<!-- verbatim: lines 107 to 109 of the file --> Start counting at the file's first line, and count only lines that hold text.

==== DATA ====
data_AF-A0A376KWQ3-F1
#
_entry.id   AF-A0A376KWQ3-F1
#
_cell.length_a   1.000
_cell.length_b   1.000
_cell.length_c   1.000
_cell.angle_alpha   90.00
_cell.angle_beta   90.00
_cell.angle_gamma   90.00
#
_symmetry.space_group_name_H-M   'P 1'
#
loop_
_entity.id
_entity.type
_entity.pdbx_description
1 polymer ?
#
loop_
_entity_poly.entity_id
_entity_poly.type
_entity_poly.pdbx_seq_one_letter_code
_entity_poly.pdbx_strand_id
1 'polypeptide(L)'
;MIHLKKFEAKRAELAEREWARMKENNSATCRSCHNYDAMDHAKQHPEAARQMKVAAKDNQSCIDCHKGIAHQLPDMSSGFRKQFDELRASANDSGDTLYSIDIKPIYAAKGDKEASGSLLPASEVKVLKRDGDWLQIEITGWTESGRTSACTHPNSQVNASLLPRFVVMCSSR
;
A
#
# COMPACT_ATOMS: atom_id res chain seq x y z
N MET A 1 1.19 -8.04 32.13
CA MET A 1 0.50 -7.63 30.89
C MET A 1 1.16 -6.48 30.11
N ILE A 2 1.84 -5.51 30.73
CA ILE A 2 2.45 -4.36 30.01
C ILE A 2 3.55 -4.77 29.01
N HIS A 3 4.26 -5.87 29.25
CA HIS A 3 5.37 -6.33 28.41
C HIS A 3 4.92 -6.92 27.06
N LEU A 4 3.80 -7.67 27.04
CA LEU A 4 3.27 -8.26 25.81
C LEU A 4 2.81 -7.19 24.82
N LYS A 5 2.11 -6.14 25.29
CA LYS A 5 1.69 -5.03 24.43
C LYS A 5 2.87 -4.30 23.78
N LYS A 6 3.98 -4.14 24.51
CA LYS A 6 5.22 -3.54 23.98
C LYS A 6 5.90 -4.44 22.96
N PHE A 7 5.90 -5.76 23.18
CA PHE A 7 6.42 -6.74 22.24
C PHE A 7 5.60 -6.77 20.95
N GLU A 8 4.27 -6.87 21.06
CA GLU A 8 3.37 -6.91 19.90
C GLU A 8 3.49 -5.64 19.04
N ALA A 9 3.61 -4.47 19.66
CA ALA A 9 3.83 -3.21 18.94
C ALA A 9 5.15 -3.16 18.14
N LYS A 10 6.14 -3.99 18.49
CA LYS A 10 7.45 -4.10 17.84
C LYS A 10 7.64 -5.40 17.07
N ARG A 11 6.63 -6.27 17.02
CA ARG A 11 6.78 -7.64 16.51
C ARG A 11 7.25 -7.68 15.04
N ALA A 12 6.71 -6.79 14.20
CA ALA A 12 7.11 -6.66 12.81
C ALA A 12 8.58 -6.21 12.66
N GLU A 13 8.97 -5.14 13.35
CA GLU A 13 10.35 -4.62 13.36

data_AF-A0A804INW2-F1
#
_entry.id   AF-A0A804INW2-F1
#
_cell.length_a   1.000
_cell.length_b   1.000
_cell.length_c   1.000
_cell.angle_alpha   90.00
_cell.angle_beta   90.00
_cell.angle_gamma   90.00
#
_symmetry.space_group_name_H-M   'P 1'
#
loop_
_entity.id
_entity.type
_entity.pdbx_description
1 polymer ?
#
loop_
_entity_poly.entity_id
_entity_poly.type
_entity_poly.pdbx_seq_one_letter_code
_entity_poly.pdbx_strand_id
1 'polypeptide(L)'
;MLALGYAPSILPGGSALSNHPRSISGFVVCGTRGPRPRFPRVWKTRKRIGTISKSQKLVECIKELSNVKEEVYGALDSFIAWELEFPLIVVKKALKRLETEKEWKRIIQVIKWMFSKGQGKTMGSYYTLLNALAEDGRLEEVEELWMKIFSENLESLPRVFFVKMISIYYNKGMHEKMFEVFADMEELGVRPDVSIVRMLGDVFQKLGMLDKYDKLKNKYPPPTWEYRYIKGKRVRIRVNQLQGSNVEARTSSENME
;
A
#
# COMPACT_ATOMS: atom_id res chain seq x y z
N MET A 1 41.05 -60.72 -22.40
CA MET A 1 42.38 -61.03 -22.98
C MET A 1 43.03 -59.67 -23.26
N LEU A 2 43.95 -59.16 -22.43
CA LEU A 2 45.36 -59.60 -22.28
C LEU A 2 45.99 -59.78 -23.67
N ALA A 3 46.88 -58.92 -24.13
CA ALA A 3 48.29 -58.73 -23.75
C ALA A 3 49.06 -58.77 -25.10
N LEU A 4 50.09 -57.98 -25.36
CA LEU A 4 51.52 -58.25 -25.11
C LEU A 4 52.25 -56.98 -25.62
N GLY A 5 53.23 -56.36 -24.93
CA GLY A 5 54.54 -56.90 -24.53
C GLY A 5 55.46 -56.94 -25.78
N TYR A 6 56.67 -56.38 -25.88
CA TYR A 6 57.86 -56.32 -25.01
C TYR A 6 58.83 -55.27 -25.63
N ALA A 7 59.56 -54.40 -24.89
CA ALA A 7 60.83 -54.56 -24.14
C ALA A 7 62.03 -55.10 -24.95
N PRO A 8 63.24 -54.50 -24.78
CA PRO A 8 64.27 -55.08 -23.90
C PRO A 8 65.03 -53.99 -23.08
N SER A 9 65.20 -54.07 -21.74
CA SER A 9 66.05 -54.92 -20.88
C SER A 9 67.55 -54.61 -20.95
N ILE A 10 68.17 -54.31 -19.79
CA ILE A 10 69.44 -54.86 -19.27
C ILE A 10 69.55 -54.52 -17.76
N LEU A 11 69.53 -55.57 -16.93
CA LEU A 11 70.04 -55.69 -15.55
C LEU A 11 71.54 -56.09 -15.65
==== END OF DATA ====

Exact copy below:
C ALA A 3 49.06 -58.77 -25.10
N LEU A 4 50.09 -57.98 -25.36
CA LEU A 4 51.52 -58.25 -25.11